Anyone surprised HSBC got fined?

Do note that HSBC didn\’t get fined for handling drug money. It got fined because its paperwork processes for identifying whether it was handling drug money were deemed inadequate.

This is, I think, an important point. And to see the full glory of bank paperwork, how about this from Northern Rock:

More than 150,000 customers at the state-owned Northern Rock will have their interest payments on loans handed back to them due to paperwork errors, the Treasury has admitted,

So what happened?

George Osborne, the Chancellor, told MPs that due to administrative errors made in 2008, loan agreements for around 152,000 Northern Rock borrowers were invalid. “As a result, interest payments on these loans are not legally enforceable,” he said.

Got to be a terrible error, eh?

Under the terms of the Consumer Credit Act, lenders have to print on all statements made to customer the size of the loan they were originally offered. In 2008, after Northern Rock was nationalised and divided into the “good” and “bad” banks, the state-owned part failed to ensure these statements were made. In the absence of that mandatory information, “borrowers are not liable for interest”, the Treasury said.

Yup, if you don\’t tell peeps the amount of the original loan then you can\’t charge interest. Ghastly error etc etc. And do note it was the state run part that got it wrong. An interesting counterblast to that idea that we should have state run investment banks, eh?

But it does help to explain that HSBC, and the Standard Chartered and other, case(s). They\’re not being fined because they handled the criminal bastards\’ money. They\’re being fined because they didn\’t get the paperwork right to prove that they weren\’t handling the criminal bastards\’ money.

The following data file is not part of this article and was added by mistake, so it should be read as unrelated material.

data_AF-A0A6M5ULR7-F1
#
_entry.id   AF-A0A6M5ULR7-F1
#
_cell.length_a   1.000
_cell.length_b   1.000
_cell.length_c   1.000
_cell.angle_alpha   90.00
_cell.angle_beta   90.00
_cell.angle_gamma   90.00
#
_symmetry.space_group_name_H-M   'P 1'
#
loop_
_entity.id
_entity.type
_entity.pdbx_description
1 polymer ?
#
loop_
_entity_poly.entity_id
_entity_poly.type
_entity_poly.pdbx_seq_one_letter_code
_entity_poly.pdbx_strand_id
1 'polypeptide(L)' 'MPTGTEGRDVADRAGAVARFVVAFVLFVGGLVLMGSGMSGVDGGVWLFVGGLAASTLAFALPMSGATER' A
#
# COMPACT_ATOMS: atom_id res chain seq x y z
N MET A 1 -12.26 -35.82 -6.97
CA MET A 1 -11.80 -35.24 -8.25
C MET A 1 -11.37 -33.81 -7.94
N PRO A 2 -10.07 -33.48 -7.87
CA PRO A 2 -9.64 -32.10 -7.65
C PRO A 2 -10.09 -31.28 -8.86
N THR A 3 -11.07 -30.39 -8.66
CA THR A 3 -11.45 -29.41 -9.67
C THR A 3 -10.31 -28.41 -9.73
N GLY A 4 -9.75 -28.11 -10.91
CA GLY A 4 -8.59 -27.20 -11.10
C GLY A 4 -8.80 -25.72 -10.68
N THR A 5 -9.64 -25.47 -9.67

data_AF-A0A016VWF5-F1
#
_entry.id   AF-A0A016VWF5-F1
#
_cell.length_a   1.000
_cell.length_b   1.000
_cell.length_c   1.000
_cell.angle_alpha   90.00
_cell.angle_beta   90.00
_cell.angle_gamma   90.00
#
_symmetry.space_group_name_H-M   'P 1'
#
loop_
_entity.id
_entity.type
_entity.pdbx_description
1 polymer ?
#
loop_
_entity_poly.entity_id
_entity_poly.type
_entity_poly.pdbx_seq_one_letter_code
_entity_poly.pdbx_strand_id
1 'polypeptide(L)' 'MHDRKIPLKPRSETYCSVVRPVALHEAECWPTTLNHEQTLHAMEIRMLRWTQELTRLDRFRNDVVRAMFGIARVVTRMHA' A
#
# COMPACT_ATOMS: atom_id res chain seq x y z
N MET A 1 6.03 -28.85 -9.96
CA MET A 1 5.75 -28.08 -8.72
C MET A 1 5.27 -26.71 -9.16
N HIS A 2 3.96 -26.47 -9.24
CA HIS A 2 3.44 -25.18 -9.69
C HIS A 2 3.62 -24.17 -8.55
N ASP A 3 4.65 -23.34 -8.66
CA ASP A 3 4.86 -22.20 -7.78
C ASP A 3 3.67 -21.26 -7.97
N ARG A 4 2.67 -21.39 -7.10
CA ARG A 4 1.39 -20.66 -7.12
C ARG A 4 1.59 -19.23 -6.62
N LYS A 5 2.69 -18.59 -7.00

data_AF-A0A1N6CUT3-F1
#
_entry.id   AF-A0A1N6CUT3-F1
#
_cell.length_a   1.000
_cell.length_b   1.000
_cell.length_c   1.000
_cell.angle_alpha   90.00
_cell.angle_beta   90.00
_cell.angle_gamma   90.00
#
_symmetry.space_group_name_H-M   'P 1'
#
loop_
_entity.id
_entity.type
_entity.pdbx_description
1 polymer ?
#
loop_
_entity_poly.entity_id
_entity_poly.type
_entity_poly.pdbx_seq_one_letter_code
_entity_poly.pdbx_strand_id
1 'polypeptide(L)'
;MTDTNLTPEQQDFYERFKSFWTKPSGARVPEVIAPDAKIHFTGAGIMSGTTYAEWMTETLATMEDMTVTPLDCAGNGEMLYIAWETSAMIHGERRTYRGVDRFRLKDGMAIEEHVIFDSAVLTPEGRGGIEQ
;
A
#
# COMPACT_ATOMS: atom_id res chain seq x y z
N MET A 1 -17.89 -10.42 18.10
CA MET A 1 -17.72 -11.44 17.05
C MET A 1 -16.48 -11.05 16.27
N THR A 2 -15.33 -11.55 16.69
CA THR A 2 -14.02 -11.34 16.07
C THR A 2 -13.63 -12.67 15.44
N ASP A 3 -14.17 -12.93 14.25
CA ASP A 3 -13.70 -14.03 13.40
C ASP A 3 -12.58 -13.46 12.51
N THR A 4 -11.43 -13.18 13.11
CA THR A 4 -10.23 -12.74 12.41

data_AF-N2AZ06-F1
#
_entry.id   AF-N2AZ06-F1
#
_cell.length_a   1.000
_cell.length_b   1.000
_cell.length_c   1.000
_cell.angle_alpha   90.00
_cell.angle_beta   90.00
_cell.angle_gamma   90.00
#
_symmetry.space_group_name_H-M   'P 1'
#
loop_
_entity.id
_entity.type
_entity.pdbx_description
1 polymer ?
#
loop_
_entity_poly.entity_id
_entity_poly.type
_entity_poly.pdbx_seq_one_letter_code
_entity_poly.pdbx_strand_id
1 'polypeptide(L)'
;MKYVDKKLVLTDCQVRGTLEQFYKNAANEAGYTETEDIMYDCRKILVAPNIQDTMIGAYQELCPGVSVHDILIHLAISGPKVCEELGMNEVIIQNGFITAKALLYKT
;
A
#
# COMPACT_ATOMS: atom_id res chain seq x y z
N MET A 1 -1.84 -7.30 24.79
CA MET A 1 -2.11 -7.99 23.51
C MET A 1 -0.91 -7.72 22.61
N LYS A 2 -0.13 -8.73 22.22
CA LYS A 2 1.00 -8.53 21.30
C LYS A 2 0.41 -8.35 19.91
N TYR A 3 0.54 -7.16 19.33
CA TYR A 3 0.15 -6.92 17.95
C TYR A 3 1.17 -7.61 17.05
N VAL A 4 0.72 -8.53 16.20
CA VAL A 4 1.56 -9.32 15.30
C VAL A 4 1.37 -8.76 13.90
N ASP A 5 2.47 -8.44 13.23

And even the Government gets such paperwork wrong at times, eh?

5 comments on “Anyone surprised HSBC got fined?

  1. But why does Northern Rock have to pro actively give that interest back? Surely it’s up to the consumers to figure it out and demand it back – in court if necessary? Of course once word gets out, they’ll all do it anyway.

  2. I am not surprised. HSBC has got a lot of money. A lot of politically connected lawyers want a lot of money. The Feds partly fund their activities these days with the proceeds of fines.

    Naturally there is a strong interest in writing laws so complicated no one can understand them and then using the courts to extort large sums of money out of the rich.

    States, and especially their minions, should never financially benefit from prosecuting people. We are just back in the days when informers were given a slice of the action.

  3. Luverlly.

    Person who brings about legislation regarding illegal immigrant workers gets it wrong? 50% of the maximum fine.

    People running State owned bank get it wrong? Nothing.

    Multi-national bank gets it wrong?

    Fine the size of the GDP of a small European country…

  4. There’s no question that compliance breaches are now seen by authorities (especially in the USA but in Europe too) as just another revenue stream. Set a sum which is high enough to be worth levying but too low for the bank to bother risking taking to court – alongside the risk of further sanctions while the court thing is playing out – and you have a nice little protection racket going on. For which the customers end up paying.

  5. But why does Northern Rock have to pro actively give that interest back?

    If I take money from you that I’m not entitled to take (even without intent, so not theft), and I get caught, and I have a list showing all the people I’ve taken the money from, it doesn’t seem particularly unfair to make me give the money back without the people I took it from having to claim it.

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